Welcome to the Public Works blog.

Public Works is UNISON Scotland's campaign for jobs, services, fair taxation and the Living Wage. This blog will provide news and analysis on the delivery of public services in Scotland. We welcome comments and if you would like to contribute to this blog, please contact Kay Sillars k.sillars@unison.co.uk - For other information on what's happening in UNISON Scotland please visit our website.

Thursday, 29 January 2015

Sharing or Merging?

Richmond upon Thames Borough Council has walked away from a plan to share services with Kingston-Upon-Thames Royal Borough Council. It appears that the governance issues, that UNISON frequently highlights as a problem in these deals could not be resolved despite 6 months of talks. Richmond is now moving to merge staffing structures with Wandsworth Borough Council.
The new plan starts with merging management structures, saving money through cutting senior posts then moving towards a single staffing structure by 2017. Richmond’s chief executive retires next year and the Wansdworth chief executive would then head up both councils. The plan includes joint commissioning of services. Curiously the figure given for savings in the local government chronicle is only £10m which doesn’t seem much given the disruption and the size of the cuts in budgets overall.
The plans have yet to go to the elected members and they claim that the job cut figures have yet to be worked through. The claim that residents will enjoy the same levels of key services also seems shall we say optimistic. If governance issues were impossible to resolve with Richmond it will be interesting to see how they can be resolved with 2 sets of councillors and only one set of staff.

Wednesday, 28 January 2015

Potholes indicate a crumbling infrastructure

Potholes have cost Scottish councils £228,000 in compensation claims in just one year. That's the equivalent of over £600 a day.

50,000 drivers across the UK made a claim. This is the equivalent of roughly one claim being submitted every eleven minutes day and night, 365 days a year and an increase on the 2012/13 figure of 46,139 claims. It also costs councils £109 to administer each claim.

Professor Stephen Glaister, director of the RAC Foundation, said the figures were likely to be “the tip of the iceberg” as many drivers are put off by the time and effort involved in making a claim. He said: “The fundamental problem lies with central ­government. They are simply not giving councils enough money to keep their road networks up to scratch.”

The Scottish data for each council can be viewed here.

Potholes are just the latest example of the impact of cuts on council services. As they go into the 2015 budget setting process, most are trying to balance the books through the salami slicing of services. You can get away with poor maintenance for a year or two, but eventually it catches up. By making councils bear the brunt of austerity cuts in Scotland we are presiding over a crumbling infrastructure.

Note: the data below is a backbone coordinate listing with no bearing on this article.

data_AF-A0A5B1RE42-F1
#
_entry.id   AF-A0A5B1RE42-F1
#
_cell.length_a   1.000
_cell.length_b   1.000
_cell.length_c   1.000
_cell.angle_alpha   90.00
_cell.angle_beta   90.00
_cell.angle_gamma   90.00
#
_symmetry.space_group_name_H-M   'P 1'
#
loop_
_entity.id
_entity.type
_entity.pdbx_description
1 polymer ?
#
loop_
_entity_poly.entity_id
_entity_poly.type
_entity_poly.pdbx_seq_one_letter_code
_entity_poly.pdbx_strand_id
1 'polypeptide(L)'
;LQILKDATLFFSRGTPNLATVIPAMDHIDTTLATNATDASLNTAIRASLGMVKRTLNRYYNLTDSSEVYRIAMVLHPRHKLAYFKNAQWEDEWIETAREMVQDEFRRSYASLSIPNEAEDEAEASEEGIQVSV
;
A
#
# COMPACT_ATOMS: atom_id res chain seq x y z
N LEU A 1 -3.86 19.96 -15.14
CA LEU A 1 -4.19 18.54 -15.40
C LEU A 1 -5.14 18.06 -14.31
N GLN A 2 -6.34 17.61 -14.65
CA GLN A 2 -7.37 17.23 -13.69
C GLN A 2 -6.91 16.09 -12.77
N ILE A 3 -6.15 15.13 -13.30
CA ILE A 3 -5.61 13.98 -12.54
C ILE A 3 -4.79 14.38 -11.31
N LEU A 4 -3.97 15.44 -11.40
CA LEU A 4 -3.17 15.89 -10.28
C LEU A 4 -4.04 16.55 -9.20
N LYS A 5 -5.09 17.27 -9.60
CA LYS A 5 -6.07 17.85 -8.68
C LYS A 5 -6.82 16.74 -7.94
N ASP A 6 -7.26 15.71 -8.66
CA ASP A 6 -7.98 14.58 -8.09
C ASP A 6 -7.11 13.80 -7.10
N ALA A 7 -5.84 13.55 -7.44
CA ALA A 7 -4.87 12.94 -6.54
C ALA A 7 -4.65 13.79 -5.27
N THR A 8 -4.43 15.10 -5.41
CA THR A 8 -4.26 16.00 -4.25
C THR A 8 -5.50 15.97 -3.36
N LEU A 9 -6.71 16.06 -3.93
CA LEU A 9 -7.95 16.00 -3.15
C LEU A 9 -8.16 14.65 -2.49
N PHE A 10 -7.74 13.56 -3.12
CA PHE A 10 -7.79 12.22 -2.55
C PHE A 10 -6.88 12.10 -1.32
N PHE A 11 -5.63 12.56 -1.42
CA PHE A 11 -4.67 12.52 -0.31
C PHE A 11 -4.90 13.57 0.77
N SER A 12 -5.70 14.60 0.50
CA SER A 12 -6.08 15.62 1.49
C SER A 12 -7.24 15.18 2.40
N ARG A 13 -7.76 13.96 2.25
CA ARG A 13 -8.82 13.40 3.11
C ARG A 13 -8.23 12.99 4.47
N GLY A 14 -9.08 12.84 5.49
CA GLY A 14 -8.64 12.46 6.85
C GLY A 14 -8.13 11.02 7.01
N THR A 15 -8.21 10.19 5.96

This was also highlighted in Audit Scotland’s overview of local government spending last year.

Health Inequalities - We need an end to austerity

Austerity and what is wrong with it has been leading the news thanks to the Syriza victory in the Greek elections.

This blog regularly highlights our opposition to austerity and the damage being done to families and particularly young people and the most vulnerable members of our society.

One of the cruel scandals of the wide and unfair health impacts is that too often people in poverty struggling with ill-health are attacked for unhealthy lifestyles by the wealthy and the powerful suggesting these problems are simply self-inflicted.

But in New Scientist magazine Scotland’s former chief medical officer Dr Harry Burns has reiterated that job loss and social breakdown, NOT smoking and bad diet, is at the root of the country’s infamously high rate of premature death.

He points out that from 1950-1970 Scotland had one of the lowest rates of death from alcoholic liver disease, but by 2005 it had the highest.

Dr Burns said: “It may be that what we are seeing in Scotland is the consequence of austerity in the 1970s and 80s, when social change and joblessness led to a breakdown in family life and a cycle of alienation...What we have seen in Glasgow may become evident in southern Europe over the next two decades.”

Tuesday, 27 January 2015

Today's economic data hides an unbalanced recovery

Today’s GDP figures look good on an annual basis, but they hide a slowdown in the last two quarters that starts to look like a trend.

GDP, grew 0.5% in the fourth quarter of the year, compared with 0.7% in the third and a recent peak of 0.8% in the second. A big concern is that growth is being driven by retail and consumer spending - not the balanced recovery that is really needed. Manufacturing and investment is petering out.

As the TUC has pointed out today, the Treasury has fallen back on that old statistical trick of recalibrating its data back to 2014, rather than the much less favourable 2010, when the ConDems took over. The UK now languishes well down the OECD growth league table. We should also not forget that this is the slowest recovery in history.  

Many have argued that Britain's economy before the 2008 crash was too reliant on debt-fuelled consumer spending. We know from the OBR analysis of the Chancellor’s Autumn Statement that he is relying on households going heavily into debt to drive his economic recovery. When what Britain really needs is a pay rise.

Shadow chancellor Ed Balls said the slowdown in fourth-quarter growth was a concern, and that, "Tory claims that the economy is fixed will ring hollow with working people" whose "wages are down by £1,600 a year since 2010". Indeed!